Cities x Design is a 35-city trans-media research trip across the United States that is recorded online and will later be released in film, exhibition, and book form. Their fifth stop was Phoenix. Visit their website to learn more about their trip, express your opinion on your favorite metro Phoenix sites, and view pictures of places they visited here and along the way to their next stop, San Diego.
[Source: Robrt L. Pela, Phoenix New Times] — In Jason Hill’s Phoenix, the sun never sets. His paintings of the city — a vibrant Valley National Bank framed by a glowing sky; a dazzling Financial Center with a jet jauntily speeding past — are thousand-watt, high-color beacons that send the same, simple, not-so-subliminal message: Phoenix is cool. Come see for yourself.
Laura Spalding’s paintings are more roundabout celebrations of our town. Onto old Arizona license plates and tin trays, she paints skies cluttered with telephone poles and electrical wires. Her cityscapes are testimonies to how amazing it is that Phoenix sprang up in the desert in the first place; homages to how it survived to become a prosperous, distinctive destination.
Georganne Bryant’s message is less subtle. Onto black, cotton T-shirts that she sells at her midtown boutique, she has had a local T-shirt artist silk-screen this legend: Love Phoenix or Leave Phoenix.
Something has shifted. Hill and Spalding and Bryant and dozens of others like them are having a public love affair with Phoenix. They’re opening cafes and launching Web sites and creating art that speaks of their pride in a city that most of us have gotten pretty good at mocking. Many of these folks would have us believe — and, perhaps, want to believe themselves — that we, the country’s fifth-largest city, have finally arrived. That Phoenix has at last, after decades of false starts and near misses, awakened from a slumber that lasted way too long. [Note: To read the full article, click here.]
Kathy Adams and Lori Feinman of the National Trust for Historic Preservation flew into town last week to view Phoenix’s convention facilities; tour selected historic sites and neighborhoods in Phoenix, Scottsdale, and Tempe; and visit with area preservation advocates to determine Phoenix’s ability to host the 2012 National Preservation Conference. Meeting them at Sky Harbor was Sally Forrest, National Accounts Director for the Greater Phoenix Convention & Visitors Bureau.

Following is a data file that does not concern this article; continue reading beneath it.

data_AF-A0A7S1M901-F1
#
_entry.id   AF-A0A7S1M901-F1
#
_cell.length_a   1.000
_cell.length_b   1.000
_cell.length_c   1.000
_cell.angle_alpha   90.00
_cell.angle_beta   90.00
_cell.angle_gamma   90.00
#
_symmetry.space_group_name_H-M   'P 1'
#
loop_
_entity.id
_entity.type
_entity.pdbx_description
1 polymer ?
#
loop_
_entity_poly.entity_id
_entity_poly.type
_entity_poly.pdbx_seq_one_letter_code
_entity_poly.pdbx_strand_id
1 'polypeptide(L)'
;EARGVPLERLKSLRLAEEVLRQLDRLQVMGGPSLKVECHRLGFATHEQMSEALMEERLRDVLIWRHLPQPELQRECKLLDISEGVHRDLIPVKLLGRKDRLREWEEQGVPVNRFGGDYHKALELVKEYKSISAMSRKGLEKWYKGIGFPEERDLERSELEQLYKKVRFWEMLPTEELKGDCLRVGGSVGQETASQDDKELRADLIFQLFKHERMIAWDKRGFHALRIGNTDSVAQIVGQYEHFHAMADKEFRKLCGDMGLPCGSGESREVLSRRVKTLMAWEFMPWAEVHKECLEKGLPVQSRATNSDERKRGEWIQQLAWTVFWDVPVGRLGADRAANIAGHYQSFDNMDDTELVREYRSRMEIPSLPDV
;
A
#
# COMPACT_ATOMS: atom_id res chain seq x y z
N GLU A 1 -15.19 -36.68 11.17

The three lunched at the Hotel Valley Ho, one of the National Trust’s Historic Hotels of America, and then drove to downtown Phoenix to tour the Phoenix Convention Center, the Hyatt Regency and Wyndham hotels (two of the host hotels), and Orpheum Theatre. Barbara Stocklin, City of Phoenix Historic Preservation Officer, and Jim McPherson, Arizona Advisor to the National Trust, joined them for dinner at the Rose & Crown Pub in Heritage Square Park (a large outdoor venue that could serve as the opening reception for the 2,500-plus attendees of the 2012 conference).
On Tuesday, Adams and Feinman started off the day by visiting the historic San Carlos Hotel and breakfast at Palette in the Roosevelt Historic District. Then it was a “timed-to-the minute” whirlwind van tour of First Presbyterian Church, Security Building (and ASU’s PURL overlooking the city), Monroe School (Children’s Museum of Phoenix), Phoenix Union High School Buildings (University of Arizona College of Medicine), Steele Indian School Park, Heard Museum, and several midtown residential historic districts.
State Historic Preservation Officer Jim Garrison and Modern Phoenix Founder Alison King joined the group for lunch and tour of the Arizona Biltmore Resort and Spa. Then it was off to drive by the Wrigley Mansion, and visit the Desert Botanical Garden, Gammage Auditorium, Pueblo Grande National Historic Landmark, and St. Mary’s Basilica. Special guests “popped in” throughout the day to say hello, provide their perspective on preservation, and tout Phoenix as a conference site: Attorney General Terry Goddard (Palette), State Senator Debbie McCune Davis (UA College of Medicine), City of Phoenix Council Member Greg Stanton (Children’s Museum), attorney Grady Gammage (Gammage Auditorium), former Phoenix mayor John Driggs, and Arizona 2012 Centennial director Karen Churchard.
Topping off the visit was a reception at the Ellis Shackelford House in downtown Phoenix. Over 60 preservation advocates from all over the Valley (and Sierra Vista!), city officials, and downtown business group leaders attended. A balloon arch, special signage, decorations, and flowers in the colors of Arizona’s state flag welcomed our guests from the National Trust. City of Phoenix Council Member Michael Nowakowski, Garrison, Stocklin, Feinman, and McPherson said a few words, and the rest of the evening was spent enjoying each other’s company and dining on wonderful hors d’oeuvres from Catered by St. Joseph’s. Gift bags courtesy of the State Historic Preservation Office and City of Phoenix were presented to Adams and Feinman, and each attendee received a small gift as well.
Pick up a copy of this month’s 944 Magazine Architecture + Design issue where you can read the editorial of Alison King, Founder of Modern Phoenix Neighborhood Network, about adaptive reuse in metro Phoenix. One Oxford English Dictionary word you won’t read: “sustainability” — although the entire article is about it. If you can’t find a copy around town, read the online version (click on Phoenix; then head to page 65).